- The Washington Times - Wednesday, August 21, 2002

What happens when a radio station that reports the news finds itself making it?
The station is grabbing headlines with its "Ask the " program, which airs most weekdays at 10 a.m. On each edition, a local newsmaker visits the WTOP studios in upper Northwest to field questions from its anchors and reporters as well as listeners.
The title of the hourlong show changes with each guest. When D.C. Mayor Anthony A. Williams visits, it's called "Ask the Mayor." When Virginia Gov. Mark R. Warner guests, it's called "Ask the Governor."
There's also "Ask the Chief," "Ask the County Executive" and the one-size-fits-all "Ask the Experts."
The program has become a local version of the Sunday talk shows on the major television networks.
When Defense Secretary Donald H. Rumsfeld or another government official says something newsworthy on CBS' "Face the Nation," other networks pick up the sound bite and run it on their newscasts. Similarly, local news operations frequently cite WTOP when someone makes news on "Ask the ."
"It's turned into quite a franchise for us," said Jim Farley, vice president of news and programming for the radio station, which broadcasts at 1500 and 820 AM and 107.7 FM.
Montgomery County Police Chief Charles A. Moose made his monthly appearance on "Ask the Chief" last week. Local television news crews also showed up, and the chief's remarks on a recent shooting in Silver Spring became a top story on the evening news.
"Ask the " has given WTOP a bump in the ratings, but its real value lies in the free publicity it generates a big benefit for a broadcaster feeling the pinch of tough economic times.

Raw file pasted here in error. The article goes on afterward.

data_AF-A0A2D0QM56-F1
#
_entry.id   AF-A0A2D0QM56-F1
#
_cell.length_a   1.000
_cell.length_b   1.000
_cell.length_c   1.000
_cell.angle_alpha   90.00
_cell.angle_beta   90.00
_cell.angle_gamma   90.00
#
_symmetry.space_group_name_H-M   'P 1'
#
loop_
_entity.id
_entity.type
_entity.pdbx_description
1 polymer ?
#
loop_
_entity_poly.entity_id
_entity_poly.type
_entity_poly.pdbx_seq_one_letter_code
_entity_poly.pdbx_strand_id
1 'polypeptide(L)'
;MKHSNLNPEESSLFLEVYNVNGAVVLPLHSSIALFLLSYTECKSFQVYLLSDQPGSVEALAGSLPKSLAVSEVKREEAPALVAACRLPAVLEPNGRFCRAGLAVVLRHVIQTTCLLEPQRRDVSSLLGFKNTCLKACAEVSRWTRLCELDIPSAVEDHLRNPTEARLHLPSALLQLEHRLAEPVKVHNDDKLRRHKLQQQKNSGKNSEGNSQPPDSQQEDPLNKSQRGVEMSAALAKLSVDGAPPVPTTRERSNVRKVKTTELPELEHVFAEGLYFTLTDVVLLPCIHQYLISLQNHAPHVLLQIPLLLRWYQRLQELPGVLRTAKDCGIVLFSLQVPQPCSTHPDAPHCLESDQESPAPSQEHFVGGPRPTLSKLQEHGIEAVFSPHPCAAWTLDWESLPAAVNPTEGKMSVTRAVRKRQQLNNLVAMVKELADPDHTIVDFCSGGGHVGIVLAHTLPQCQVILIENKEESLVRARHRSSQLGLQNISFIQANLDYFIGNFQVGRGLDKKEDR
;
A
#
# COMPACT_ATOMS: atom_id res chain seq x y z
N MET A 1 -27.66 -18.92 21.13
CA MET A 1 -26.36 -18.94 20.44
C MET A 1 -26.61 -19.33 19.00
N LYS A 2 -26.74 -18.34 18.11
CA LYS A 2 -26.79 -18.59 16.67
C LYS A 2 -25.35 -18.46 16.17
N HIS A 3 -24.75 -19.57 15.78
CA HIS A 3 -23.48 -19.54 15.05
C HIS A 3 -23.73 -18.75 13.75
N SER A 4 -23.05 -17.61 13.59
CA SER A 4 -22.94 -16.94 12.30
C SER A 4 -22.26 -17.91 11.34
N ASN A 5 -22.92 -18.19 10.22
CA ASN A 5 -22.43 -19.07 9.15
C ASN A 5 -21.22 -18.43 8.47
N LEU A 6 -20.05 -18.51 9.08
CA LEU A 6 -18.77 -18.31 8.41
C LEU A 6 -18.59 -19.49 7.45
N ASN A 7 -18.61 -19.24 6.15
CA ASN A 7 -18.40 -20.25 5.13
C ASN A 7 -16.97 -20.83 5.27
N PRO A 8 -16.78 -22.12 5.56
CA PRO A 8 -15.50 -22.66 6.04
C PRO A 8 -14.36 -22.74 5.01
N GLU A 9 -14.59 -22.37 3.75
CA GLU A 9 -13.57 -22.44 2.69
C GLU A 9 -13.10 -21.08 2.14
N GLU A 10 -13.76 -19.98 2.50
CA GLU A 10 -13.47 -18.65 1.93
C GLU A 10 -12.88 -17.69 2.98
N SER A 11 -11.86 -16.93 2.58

When D.C. Police Chief Charles H. Ramsey visited "Ask the Chief" at the height of the Chandra Levy disappearance last summer, CNN and Fox News Channel camera crews showed up to simulcast the interview live.
Not surprisingly, camera crews that visit WTOP these days find the station's logo unavoidable. It is plastered on the walls of the studio and wrapped around the microphone that the "Ask the " guests speak into.
The show has irked some listeners who think WTOP should stick to delivering headlines round the clock. "Ask the " is virtually the only time the station strays from its all-news format, although Mr. Farley said it airs weather and traffic reports every 10 minutes, no matter what.
He said he would never attempt an "Ask the " program during the crucial morning- and afternoon-drive times, when listeners crave an uninterrupted cycle of headlines, traffic and weather.
Will the station run out of people to inteview? Is it just a matter of time before it resorts to airing "Ask the Dogcatcher"?
"There is no shortage of newsmakers in Washington, especially during an election year," Mr. Farley said.

This just in
George Willborn joins the morning show on WHUR-FM (96.3) Monday as the new comic foil for hosts John Monds and Sharon "T.C." Pitt. He replaces actress Mo'Nique Imes-Jackson, who left the show in April. Mr. Willborn will split his time between Washington and Chicago, where he hosts an afternoon-drive show.
Welcome to the '90s: Lanham-based Radio One Inc., the nation's largest radio broadcaster for black listeners, has finally gotten a Web site, www.radio-one.com. It went live last week.
Got a tip for Channel Surfing? Call Chris Baker at 202/636-3139 or send an e-mail to [email protected]

Sign up for Daily Newsletters

Copyright © 2019 The Washington Times, LLC. Click here for reprint permission.

The Washington Times Comment Policy

The Washington Times welcomes your comments on Spot.im, our third-party provider. Please read our Comment Policy before commenting.


Click to Read More and View Comments

Click to Hide